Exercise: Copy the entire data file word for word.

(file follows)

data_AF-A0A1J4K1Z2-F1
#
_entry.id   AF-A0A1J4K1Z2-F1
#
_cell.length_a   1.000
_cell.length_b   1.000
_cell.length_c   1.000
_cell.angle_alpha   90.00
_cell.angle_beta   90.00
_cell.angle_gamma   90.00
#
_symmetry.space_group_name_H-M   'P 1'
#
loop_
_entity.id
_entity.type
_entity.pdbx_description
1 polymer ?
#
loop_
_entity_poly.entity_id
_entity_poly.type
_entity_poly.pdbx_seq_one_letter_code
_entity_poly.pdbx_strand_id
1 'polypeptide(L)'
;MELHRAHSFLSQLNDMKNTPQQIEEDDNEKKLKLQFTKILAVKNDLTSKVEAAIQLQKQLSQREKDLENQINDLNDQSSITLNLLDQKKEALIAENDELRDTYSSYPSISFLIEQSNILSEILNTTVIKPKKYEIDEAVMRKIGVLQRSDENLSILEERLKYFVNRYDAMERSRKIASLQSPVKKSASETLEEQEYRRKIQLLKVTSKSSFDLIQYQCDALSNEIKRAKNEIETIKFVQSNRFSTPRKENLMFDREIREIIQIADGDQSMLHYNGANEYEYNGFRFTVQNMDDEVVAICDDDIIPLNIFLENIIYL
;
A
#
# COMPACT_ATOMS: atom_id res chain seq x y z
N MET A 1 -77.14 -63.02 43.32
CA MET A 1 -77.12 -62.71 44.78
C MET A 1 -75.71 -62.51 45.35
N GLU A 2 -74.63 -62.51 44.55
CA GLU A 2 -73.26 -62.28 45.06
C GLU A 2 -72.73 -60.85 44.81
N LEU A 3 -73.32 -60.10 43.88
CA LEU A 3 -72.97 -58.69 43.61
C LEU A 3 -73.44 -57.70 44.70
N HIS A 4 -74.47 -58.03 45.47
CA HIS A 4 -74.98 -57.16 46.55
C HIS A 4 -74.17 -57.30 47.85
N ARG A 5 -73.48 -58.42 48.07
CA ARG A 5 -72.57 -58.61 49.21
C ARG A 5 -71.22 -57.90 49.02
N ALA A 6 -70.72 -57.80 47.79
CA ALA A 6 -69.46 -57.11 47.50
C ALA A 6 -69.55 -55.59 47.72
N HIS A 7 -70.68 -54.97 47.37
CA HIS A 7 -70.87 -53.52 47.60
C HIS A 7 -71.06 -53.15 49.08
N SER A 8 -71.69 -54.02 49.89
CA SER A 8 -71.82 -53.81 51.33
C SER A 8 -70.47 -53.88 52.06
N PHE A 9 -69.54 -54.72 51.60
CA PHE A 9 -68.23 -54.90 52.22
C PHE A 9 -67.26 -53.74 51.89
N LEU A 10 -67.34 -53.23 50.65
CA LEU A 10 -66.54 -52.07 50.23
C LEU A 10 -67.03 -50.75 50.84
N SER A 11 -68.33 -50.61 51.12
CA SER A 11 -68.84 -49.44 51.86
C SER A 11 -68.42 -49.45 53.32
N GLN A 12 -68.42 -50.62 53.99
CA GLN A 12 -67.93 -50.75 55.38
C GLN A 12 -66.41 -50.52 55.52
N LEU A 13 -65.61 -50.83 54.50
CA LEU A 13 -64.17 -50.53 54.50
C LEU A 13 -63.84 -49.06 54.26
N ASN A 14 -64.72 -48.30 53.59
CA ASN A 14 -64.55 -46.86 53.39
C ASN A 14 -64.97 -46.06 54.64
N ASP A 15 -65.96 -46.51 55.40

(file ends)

data_AF-A0A1J4K1Z2-F1
#
_entry.id   AF-A0A1J4K1Z2-F1
#
_cell.length_a   1.000
_cell.length_b   1.000
_cell.length_c   1.000
_cell.angle_alpha   90.00
_cell.angle_beta   90.00
_cell.angle_gamma   90.00
#
_symmetry.space_group_name_H-M   'P 1'
#
loop_
_entity.id
_entity.type
_entity.pdbx_description
1 polymer ?
#
loop_
_entity_poly.entity_id
_entity_poly.type
_entity_poly.pdbx_seq_one_letter_code
_entity_poly.pdbx_strand_id
1 'polypeptide(L)'
;MELHRAHSFLSQLNDMKNTPQQIEEDDNEKKLKLQFTKILAVKNDLTSKVEAAIQLQKQLSQREKDLENQINDLNDQSSITLNLLDQKKEALIAENDELRDTYSSYPSISFLIEQSNILSEILNTTVIKPKKYEIDEAVMRKIGVLQRSDENLSILEERLKYFVNRYDAMERSRKIASLQSPVKKSASETLEEQEYRRKIQLLKVTSKSSFDLIQYQCDALSNEIKRAKNEIETIKFVQSNRFSTPRKENLMFDREIREIIQIADGDQSMLHYNGANEYEYNGFRFTVQNMDDEVVAICDDDIIPLNIFLENIIYL
;
A
#
# COMPACT_ATOMS: atom_id res chain seq x y z
N MET A 1 -77.14 -63.02 43.32
CA MET A 1 -77.12 -62.71 44.78
C MET A 1 -75.71 -62.51 45.35
N GLU A 2 -74.63 -62.51 44.55
CA GLU A 2 -73.26 -62.28 45.06
C GLU A 2 -72.73 -60.85 44.81
N LEU A 3 -73.32 -60.10 43.88
CA LEU A 3 -72.97 -58.69 43.61
C LEU A 3 -73.44 -57.70 44.70
N HIS A 4 -74.47 -58.03 45.47
CA HIS A 4 -74.98 -57.16 46.55
C HIS A 4 -74.17 -57.30 47.85
N ARG A 5 -73.48 -58.42 48.07
CA ARG A 5 -72.57 -58.61 49.21
C ARG A 5 -71.22 -57.90 49.02
N ALA A 6 -70.72 -57.80 47.79
CA ALA A 6 -69.46 -57.11 47.50
C ALA A 6 -69.55 -55.59 47.72
N HIS A 7 -70.68 -54.97 47.37
CA HIS A 7 -70.87 -53.52 47.60
C HIS A 7 -71.06 -53.15 49.08
N SER A 8 -71.69 -54.02 49.89
CA SER A 8 -71.82 -53.81 51.33
C SER A 8 -70.47 -53.88 52.06
N PHE A 9 -69.54 -54.72 51.60
CA PHE A 9 -68.23 -54.90 52.22
C PHE A 9 -67.26 -53.74 51.89
N LEU A 10 -67.34 -53.23 50.65
CA LEU A 10 -66.54 -52.07 50.23
C LEU A 10 -67.03 -50.75 50.84
N SER A 11 -68.33 -50.61 51.12
CA SER A 11 -68.84 -49.44 51.86
C SER A 11 -68.42 -49.45 53.32
N GLN A 12 -68.42 -50.62 53.99
CA GLN A 12 -67.93 -50.75 55.38
C GLN A 12 -66.41 -50.52 55.52
N LEU A 13 -65.61 -50.83 54.50
CA LEU A 13 -64.17 -50.53 54.50
C LEU A 13 -63.84 -49.06 54.26
N ASN A 14 -64.72 -48.30 53.59
CA ASN A 14 -64.55 -46.86 53.39
C ASN A 14 -64.97 -46.06 54.64
N ASP A 15 -65.96 -46.51 55.40